3 Reasons Under Armour Investors Should Worry

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What do you get when you combine a stock with an expensive valuation , potential inventory problems, and a fickle consumer?  One word: Trouble. Unfortunately this is exactly the situation facing investors in Under Armour (NYSE: UA  ) . The stock has been a terrific investment over the last year in particular, with shares up nearly 70%. However, it's possible investors have become complacent. Unfortunately, growth stocks and complacency are a dangerous combination.

Masking a potential problem?
In Under Armour's recent quarter, it seemed like the company was beginning to overcome one of its biggest criticisms. Every retailer has to balance the need to build inventory to meet future demand, with the drag that too much inventory can cause.

Under Armour has been growing quickly and as the company tested different designs, excess inventory was a natural result. Several years ago, Under Armour carried more inventory than it could sell in a quarter. In the last several quarters, Under Armour reduced its inventory to roughly 80% of current quarter sales. In fact, in the current quarter, the company's inventory to sales dropped to less than 69%.

By comparison, Under Armour's competition such as Nike (NYSE: NKE  ) and Lululemon Athletica (NASDAQ: LULU  ) carried inventory to current quarter sales of 58% and 54%, respectively. However, Under Armour's last quarter sales were significantly higher than the prior three. The first reason investors should worry is, under more normalized sales the company's inventory levels would be more elevated than they currently appear.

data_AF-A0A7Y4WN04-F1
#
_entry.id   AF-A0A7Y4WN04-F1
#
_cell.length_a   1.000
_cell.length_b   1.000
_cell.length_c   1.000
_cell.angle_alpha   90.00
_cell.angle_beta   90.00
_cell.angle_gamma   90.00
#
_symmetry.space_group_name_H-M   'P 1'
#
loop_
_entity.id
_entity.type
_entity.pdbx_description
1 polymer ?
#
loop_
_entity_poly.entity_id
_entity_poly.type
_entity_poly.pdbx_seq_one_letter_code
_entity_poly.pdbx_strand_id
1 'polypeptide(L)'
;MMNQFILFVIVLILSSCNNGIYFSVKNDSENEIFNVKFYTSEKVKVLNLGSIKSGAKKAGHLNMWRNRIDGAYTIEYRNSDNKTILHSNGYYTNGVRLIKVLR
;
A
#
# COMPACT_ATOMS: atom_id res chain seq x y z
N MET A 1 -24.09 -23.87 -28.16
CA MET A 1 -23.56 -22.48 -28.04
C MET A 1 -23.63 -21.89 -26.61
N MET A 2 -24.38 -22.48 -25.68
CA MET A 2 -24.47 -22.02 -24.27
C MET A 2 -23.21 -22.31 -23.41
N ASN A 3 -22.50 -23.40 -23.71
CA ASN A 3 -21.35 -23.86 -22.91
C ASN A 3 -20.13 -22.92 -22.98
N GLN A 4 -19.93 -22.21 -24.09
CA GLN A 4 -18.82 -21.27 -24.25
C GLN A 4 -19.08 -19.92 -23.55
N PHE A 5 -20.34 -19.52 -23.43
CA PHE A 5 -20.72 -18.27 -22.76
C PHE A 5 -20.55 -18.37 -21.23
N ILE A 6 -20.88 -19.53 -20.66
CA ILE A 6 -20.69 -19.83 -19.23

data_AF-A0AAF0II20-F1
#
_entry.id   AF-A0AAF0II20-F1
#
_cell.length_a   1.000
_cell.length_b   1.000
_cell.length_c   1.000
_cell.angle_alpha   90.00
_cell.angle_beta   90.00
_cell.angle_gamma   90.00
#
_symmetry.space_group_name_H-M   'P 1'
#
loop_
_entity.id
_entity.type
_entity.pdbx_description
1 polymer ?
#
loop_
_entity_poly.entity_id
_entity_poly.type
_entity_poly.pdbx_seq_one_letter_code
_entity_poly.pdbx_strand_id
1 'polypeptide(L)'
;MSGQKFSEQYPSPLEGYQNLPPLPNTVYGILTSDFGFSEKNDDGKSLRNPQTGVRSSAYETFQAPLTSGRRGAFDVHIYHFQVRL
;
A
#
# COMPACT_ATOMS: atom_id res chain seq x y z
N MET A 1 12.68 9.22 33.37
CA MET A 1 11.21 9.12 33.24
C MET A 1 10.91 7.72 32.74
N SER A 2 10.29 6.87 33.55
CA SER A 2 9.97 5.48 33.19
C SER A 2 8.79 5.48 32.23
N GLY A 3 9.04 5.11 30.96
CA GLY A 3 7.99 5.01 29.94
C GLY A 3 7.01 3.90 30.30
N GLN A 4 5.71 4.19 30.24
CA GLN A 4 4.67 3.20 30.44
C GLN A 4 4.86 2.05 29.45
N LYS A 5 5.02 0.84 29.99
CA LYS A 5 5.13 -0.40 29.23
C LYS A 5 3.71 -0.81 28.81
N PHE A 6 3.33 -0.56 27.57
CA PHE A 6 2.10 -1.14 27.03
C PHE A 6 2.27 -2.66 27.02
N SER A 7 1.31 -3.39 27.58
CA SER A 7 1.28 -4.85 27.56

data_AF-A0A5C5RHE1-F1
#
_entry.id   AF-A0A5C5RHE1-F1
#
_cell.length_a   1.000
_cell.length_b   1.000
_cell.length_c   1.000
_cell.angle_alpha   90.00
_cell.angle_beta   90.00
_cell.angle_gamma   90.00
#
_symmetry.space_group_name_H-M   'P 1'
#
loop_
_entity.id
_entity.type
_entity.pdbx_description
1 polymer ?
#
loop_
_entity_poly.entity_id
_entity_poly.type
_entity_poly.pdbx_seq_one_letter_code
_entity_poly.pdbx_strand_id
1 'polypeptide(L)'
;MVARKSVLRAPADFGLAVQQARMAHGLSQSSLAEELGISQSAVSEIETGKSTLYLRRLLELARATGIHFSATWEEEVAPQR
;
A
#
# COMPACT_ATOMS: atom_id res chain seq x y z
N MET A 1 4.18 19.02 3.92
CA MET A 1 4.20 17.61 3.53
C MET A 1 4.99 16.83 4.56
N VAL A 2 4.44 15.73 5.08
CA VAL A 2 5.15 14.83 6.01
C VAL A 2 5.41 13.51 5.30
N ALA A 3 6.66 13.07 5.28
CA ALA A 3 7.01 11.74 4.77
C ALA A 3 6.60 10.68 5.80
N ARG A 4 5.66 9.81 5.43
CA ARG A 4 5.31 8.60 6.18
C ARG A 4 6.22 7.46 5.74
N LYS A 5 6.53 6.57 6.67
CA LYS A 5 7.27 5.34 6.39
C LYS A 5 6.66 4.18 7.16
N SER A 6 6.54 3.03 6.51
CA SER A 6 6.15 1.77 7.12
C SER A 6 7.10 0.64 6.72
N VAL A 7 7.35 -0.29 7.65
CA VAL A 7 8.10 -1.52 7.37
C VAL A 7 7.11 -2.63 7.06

In the prior three quarters, sales were less than $500 million. Based on Under Armour's current inventory levels, a normal quarter would represent a near 100% of inventory to sales. By comparison, competitors Nike and Lululemon had relatively normal sales quarters. If Under Armour can't get its inventory under control, the company may need to mark down the excess, which would hurt future earnings.

Great potential also holds major risks
One of the things that makes Under Armour a compelling growth story is the company's reliance on apparel sales. Whereas Nike gets the majority of its sales from footwear, Under Armour and Lululemon get the majority of their sales from apparel. The second reason investors should worry is, as Lululemon found out last year, a quality-control issue can damage a company's reputation and potential sales.

Lululemon had to recall yoga pants that were deemed too sheer for customers. Since the company's reputation is that of a premium brand, a product with quality issues was a major blow to Lululemon. Prior to this quality issue, most analysts were expecting Lululemon to grow earnings per share by more than 27%. Due in part to this issue, Lululemon's sales suffered, and now analysts are expecting EPS growth of just less than 22%.